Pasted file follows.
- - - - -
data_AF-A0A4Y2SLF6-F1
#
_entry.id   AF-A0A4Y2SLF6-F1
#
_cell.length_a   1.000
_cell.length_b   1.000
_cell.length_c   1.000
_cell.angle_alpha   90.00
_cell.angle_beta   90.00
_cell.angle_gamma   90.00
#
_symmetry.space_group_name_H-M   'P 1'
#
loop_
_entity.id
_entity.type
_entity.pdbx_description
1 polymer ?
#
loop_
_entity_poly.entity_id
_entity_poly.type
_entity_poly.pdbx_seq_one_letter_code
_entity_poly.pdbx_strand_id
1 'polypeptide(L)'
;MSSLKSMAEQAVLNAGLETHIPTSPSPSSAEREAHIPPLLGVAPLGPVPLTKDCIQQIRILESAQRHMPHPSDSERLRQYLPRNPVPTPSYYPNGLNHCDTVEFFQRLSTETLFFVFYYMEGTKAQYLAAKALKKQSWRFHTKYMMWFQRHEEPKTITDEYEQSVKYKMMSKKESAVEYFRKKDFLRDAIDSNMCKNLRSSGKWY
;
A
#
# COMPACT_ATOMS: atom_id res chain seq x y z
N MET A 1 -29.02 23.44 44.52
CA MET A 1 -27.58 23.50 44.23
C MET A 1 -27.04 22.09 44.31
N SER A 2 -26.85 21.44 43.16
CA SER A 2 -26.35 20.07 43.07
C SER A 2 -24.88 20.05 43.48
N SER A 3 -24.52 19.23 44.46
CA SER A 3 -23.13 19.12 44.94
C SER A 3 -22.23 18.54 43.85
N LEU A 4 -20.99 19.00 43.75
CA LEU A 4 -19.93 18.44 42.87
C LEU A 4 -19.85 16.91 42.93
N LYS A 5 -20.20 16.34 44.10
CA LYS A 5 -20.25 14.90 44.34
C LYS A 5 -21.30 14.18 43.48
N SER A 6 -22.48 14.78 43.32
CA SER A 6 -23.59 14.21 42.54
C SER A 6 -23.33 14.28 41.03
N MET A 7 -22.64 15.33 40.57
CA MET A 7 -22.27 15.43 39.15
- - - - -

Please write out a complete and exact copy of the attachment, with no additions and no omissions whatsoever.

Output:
data_AF-A0A4Y2SLF6-F1
#
_entry.id   AF-A0A4Y2SLF6-F1
#
_cell.length_a   1.000
_cell.length_b   1.000
_cell.length_c   1.000
_cell.angle_alpha   90.00
_cell.angle_beta   90.00
_cell.angle_gamma   90.00
#
_symmetry.space_group_name_H-M   'P 1'
#
loop_
_entity.id
_entity.type
_entity.pdbx_description
1 polymer ?
#
loop_
_entity_poly.entity_id
_entity_poly.type
_entity_poly.pdbx_seq_one_letter_code
_entity_poly.pdbx_strand_id
1 'polypeptide(L)'
;MSSLKSMAEQAVLNAGLETHIPTSPSPSSAEREAHIPPLLGVAPLGPVPLTKDCIQQIRILESAQRHMPHPSDSERLRQYLPRNPVPTPSYYPNGLNHCDTVEFFQRLSTETLFFVFYYMEGTKAQYLAAKALKKQSWRFHTKYMMWFQRHEEPKTITDEYEQSVKYKMMSKKESAVEYFRKKDFLRDAIDSNMCKNLRSSGKWY
;
A
#
# COMPACT_ATOMS: atom_id res chain seq x y z
N MET A 1 -29.02 23.44 44.52
CA MET A 1 -27.58 23.50 44.23
C MET A 1 -27.04 22.09 44.31
N SER A 2 -26.85 21.44 43.16
CA SER A 2 -26.35 20.07 43.07
C SER A 2 -24.88 20.05 43.48
N SER A 3 -24.52 19.23 44.46
CA SER A 3 -23.13 19.12 44.94
C SER A 3 -22.23 18.54 43.85
N LEU A 4 -20.99 19.00 43.75
CA LEU A 4 -19.93 18.44 42.87
C LEU A 4 -19.85 16.91 42.93
N LYS A 5 -20.20 16.34 44.10
CA LYS A 5 -20.25 14.90 44.34
C LYS A 5 -21.30 14.18 43.48
N SER A 6 -22.48 14.78 43.32
CA SER A 6 -23.59 14.21 42.54
C SER A 6 -23.33 14.28 41.03
N MET A 7 -22.64 15.33 40.57
CA MET A 7 -22.27 15.43 39.15